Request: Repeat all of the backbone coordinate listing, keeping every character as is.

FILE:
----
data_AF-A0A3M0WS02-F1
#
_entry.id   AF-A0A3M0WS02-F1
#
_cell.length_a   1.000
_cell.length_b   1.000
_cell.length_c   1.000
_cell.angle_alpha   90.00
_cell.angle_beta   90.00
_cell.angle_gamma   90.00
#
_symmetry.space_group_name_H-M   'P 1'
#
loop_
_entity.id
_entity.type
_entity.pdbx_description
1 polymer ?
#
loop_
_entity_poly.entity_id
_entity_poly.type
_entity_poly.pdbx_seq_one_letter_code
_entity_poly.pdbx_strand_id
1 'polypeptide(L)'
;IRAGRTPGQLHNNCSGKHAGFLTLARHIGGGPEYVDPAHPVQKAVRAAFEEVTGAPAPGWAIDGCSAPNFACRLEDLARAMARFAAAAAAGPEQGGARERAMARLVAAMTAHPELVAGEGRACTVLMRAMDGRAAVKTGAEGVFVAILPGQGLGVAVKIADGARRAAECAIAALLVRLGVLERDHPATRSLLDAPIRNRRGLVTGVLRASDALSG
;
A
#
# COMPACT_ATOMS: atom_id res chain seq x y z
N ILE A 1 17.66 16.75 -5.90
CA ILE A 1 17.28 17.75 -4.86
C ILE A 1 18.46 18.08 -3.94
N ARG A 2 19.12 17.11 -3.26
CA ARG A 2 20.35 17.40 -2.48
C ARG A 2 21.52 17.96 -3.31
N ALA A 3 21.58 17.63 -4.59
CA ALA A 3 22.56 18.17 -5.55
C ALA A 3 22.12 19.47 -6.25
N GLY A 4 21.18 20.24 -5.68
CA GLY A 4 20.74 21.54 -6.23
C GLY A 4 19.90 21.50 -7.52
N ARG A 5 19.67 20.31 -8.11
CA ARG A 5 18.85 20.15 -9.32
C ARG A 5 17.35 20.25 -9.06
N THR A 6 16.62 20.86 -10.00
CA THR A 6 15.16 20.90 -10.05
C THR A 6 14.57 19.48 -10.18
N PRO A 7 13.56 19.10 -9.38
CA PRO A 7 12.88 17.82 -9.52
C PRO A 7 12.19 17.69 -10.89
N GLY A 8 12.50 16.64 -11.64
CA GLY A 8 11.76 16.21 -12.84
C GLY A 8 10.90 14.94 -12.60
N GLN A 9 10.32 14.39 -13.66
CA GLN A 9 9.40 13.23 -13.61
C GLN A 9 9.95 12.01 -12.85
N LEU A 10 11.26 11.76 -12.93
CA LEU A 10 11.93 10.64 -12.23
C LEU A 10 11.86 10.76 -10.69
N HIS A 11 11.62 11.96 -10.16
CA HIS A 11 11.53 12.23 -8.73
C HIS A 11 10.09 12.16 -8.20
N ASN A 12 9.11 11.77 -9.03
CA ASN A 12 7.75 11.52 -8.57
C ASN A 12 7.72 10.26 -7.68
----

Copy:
data_AF-A0A3M0WS02-F1
#
_entry.id   AF-A0A3M0WS02-F1
#
_cell.length_a   1.000
_cell.length_b   1.000
_cell.length_c   1.000
_cell.angle_alpha   90.00
_cell.angle_beta   90.00
_cell.angle_gamma   90.00
#
_symmetry.space_group_name_H-M   'P 1'
#
loop_
_entity.id
_entity.type
_entity.pdbx_description
1 polymer ?
#
loop_
_entity_poly.entity_id
_entity_poly.type
_entity_poly.pdbx_seq_one_letter_code
_entity_poly.pdbx_strand_id
1 'polypeptide(L)'
;IRAGRTPGQLHNNCSGKHAGFLTLARHIGGGPEYVDPAHPVQKAVRAAFEEVTGAPAPGWAIDGCSAPNFACRLEDLARAMARFAAAAAAGPEQGGARERAMARLVAAMTAHPELVAGEGRACTVLMRAMDGRAAVKTGAEGVFVAILPGQGLGVAVKIADGARRAAECAIAALLVRLGVLERDHPATRSLLDAPIRNRRGLVTGVLRASDALSG
;
A
#
# COMPACT_ATOMS: atom_id res chain seq x y z
N ILE A 1 17.66 16.75 -5.90
CA ILE A 1 17.28 17.75 -4.86
C ILE A 1 18.46 18.08 -3.94
N ARG A 2 19.12 17.11 -3.26
CA ARG A 2 20.35 17.40 -2.48
C ARG A 2 21.52 17.96 -3.31
N ALA A 3 21.58 17.63 -4.59
CA ALA A 3 22.56 18.17 -5.55
C ALA A 3 22.12 19.47 -6.25
N GLY A 4 21.18 20.24 -5.68
CA GLY A 4 20.74 21.54 -6.23
C GLY A 4 19.90 21.50 -7.52
N ARG A 5 19.67 20.31 -8.11
CA ARG A 5 18.85 20.15 -9.32
C ARG A 5 17.35 20.25 -9.06
N THR A 6 16.62 20.86 -10.00
CA THR A 6 15.16 20.90 -10.05
C THR A 6 14.57 19.48 -10.18
N PRO A 7 13.56 19.10 -9.38
CA PRO A 7 12.88 17.82 -9.52
C PRO A 7 12.19 17.69 -10.89
N GLY A 8 12.50 16.64 -11.64
CA GLY A 8 11.76 16.21 -12.84
C GLY A 8 10.90 14.94 -12.60
N GLN A 9 10.32 14.39 -13.66
CA GLN A 9 9.40 13.23 -13.61
C GLN A 9 9.95 12.01 -12.85
N LEU A 10 11.26 11.76 -12.93
CA LEU A 10 11.93 10.64 -12.23
C LEU A 10 11.86 10.76 -10.69
N HIS A 11 11.62 11.96 -10.16
CA HIS A 11 11.53 12.23 -8.73
C HIS A 11 10.09 12.16 -8.20
N ASN A 12 9.11 11.77 -9.03
CA ASN A 12 7.75 11.52 -8.57
C ASN A 12 7.72 10.26 -7.68